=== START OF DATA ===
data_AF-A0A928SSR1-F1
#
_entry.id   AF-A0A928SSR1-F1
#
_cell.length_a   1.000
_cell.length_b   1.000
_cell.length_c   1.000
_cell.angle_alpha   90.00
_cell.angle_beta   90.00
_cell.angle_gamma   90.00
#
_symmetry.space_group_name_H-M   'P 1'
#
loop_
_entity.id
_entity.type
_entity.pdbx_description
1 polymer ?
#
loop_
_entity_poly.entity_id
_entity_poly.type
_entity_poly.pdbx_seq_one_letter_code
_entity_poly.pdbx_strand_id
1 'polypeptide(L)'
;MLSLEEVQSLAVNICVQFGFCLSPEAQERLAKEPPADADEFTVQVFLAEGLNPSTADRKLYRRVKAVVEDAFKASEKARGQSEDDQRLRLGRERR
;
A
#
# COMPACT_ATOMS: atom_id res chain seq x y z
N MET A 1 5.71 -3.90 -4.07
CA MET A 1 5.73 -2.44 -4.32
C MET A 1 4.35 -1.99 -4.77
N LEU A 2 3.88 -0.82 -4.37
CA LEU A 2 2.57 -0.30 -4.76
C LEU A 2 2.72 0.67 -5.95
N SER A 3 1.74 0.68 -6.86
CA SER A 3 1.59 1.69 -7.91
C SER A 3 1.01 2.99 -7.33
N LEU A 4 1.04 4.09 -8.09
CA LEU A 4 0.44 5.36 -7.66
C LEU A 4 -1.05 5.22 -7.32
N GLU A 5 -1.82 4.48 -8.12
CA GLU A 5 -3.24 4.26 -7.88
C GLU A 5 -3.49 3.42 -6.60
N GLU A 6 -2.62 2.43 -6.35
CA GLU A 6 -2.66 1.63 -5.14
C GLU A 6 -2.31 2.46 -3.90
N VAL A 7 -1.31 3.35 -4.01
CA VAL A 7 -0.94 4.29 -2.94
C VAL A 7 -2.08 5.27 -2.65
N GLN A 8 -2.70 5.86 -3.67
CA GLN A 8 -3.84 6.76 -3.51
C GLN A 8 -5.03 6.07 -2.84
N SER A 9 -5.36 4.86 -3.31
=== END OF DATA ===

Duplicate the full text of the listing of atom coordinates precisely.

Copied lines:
data_AF-A0A928SSR1-F1
#
_entry.id   AF-A0A928SSR1-F1
#
_cell.length_a   1.000
_cell.length_b   1.000
_cell.length_c   1.000
_cell.angle_alpha   90.00
_cell.angle_beta   90.00
_cell.angle_gamma   90.00
#
_symmetry.space_group_name_H-M   'P 1'
#
loop_
_entity.id
_entity.type
_entity.pdbx_description
1 polymer ?
#
loop_
_entity_poly.entity_id
_entity_poly.type
_entity_poly.pdbx_seq_one_letter_code
_entity_poly.pdbx_strand_id
1 'polypeptide(L)'
;MLSLEEVQSLAVNICVQFGFCLSPEAQERLAKEPPADADEFTVQVFLAEGLNPSTADRKLYRRVKAVVEDAFKASEKARGQSEDDQRLRLGRERR
;
A
#
# COMPACT_ATOMS: atom_id res chain seq x y z
N MET A 1 5.71 -3.90 -4.07
CA MET A 1 5.73 -2.44 -4.32
C MET A 1 4.35 -1.99 -4.77
N LEU A 2 3.88 -0.82 -4.37
CA LEU A 2 2.57 -0.30 -4.76
C LEU A 2 2.72 0.67 -5.95
N SER A 3 1.74 0.68 -6.86
CA SER A 3 1.59 1.69 -7.91
C SER A 3 1.01 2.99 -7.33
N LEU A 4 1.04 4.09 -8.09
CA LEU A 4 0.44 5.36 -7.66
C LEU A 4 -1.05 5.22 -7.32
N GLU A 5 -1.82 4.48 -8.12
CA GLU A 5 -3.24 4.26 -7.88
C GLU A 5 -3.49 3.42 -6.60
N GLU A 6 -2.62 2.43 -6.35
CA GLU A 6 -2.66 1.63 -5.14
C GLU A 6 -2.31 2.46 -3.90
N VAL A 7 -1.31 3.35 -4.01
CA VAL A 7 -0.94 4.29 -2.94
C VAL A 7 -2.08 5.27 -2.65
N GLN A 8 -2.70 5.86 -3.67
CA GLN A 8 -3.84 6.76 -3.51
C GLN A 8 -5.03 6.07 -2.84
N SER A 9 -5.36 4.86 -3.31